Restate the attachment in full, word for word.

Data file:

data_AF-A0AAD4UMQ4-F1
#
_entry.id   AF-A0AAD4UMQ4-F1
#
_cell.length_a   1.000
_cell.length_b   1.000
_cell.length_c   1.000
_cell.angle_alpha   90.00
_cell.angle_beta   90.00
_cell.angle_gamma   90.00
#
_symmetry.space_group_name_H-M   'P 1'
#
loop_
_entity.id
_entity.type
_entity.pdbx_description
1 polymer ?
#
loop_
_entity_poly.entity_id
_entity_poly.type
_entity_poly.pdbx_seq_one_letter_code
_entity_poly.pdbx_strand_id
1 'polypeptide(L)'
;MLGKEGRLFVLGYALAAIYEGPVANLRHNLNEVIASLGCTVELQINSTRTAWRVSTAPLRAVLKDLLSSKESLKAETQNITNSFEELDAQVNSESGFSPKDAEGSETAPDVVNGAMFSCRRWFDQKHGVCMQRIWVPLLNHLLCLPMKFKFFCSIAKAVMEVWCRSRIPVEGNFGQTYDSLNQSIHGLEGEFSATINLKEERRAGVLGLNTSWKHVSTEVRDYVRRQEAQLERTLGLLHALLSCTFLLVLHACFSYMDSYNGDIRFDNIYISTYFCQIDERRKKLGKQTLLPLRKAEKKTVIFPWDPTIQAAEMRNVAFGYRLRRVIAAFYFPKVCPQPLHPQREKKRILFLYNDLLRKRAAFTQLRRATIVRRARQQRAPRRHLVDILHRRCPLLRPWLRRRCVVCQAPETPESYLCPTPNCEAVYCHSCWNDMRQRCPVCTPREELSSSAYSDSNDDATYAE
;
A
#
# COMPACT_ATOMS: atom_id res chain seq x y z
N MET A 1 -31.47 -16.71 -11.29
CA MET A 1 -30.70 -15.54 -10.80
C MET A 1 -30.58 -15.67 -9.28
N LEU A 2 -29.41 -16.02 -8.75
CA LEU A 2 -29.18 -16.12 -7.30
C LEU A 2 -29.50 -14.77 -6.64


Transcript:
data_AF-A0AAD4UMQ4-F1
#
_entry.id   AF-A0AAD4UMQ4-F1
#
_cell.length_a   1.000
_cell.length_b   1.000
_cell.length_c   1.000
_cell.angle_alpha   90.00
_cell.angle_beta   90.00
_cell.angle_gamma   90.00
#
_symmetry.space_group_name_H-M   'P 1'
#
loop_
_entity.id
_entity.type
_entity.pdbx_description
1 polymer ?
#
loop_
_entity_poly.entity_id
_entity_poly.type
_entity_poly.pdbx_seq_one_letter_code
_entity_poly.pdbx_strand_id
1 'polypeptide(L)'
;MLGKEGRLFVLGYALAAIYEGPVANLRHNLNEVIASLGCTVELQINSTRTAWRVSTAPLRAVLKDLLSSKESLKAETQNITNSFEELDAQVNSESGFSPKDAEGSETAPDVVNGAMFSCRRWFDQKHGVCMQRIWVPLLNHLLCLPMKFKFFCSIAKAVMEVWCRSRIPVEGNFGQTYDSLNQSIHGLEGEFSATINLKEERRAGVLGLNTSWKHVSTEVRDYVRRQEAQLERTLGLLHALLSCTFLLVLHACFSYMDSYNGDIRFDNIYISTYFCQIDERRKKLGKQTLLPLRKAEKKTVIFPWDPTIQAAEMRNVAFGYRLRRVIAAFYFPKVCPQPLHPQREKKRILFLYNDLLRKRAAFTQLRRATIVRRARQQRAPRRHLVDILHRRCPLLRPWLRRRCVVCQAPETPESYLCPTPNCEAVYCHSCWNDMRQRCPVCTPREELSSSAYSDSNDDATYAE
;
A
#
# COMPACT_ATOMS: atom_id res chain seq x y z
N MET A 1 -31.47 -16.71 -11.29
CA MET A 1 -30.70 -15.54 -10.80
C MET A 1 -30.58 -15.67 -9.28
N LEU A 2 -29.41 -16.02 -8.75
CA LEU A 2 -29.18 -16.12 -7.30
C LEU A 2 -29.50 -14.77 -6.64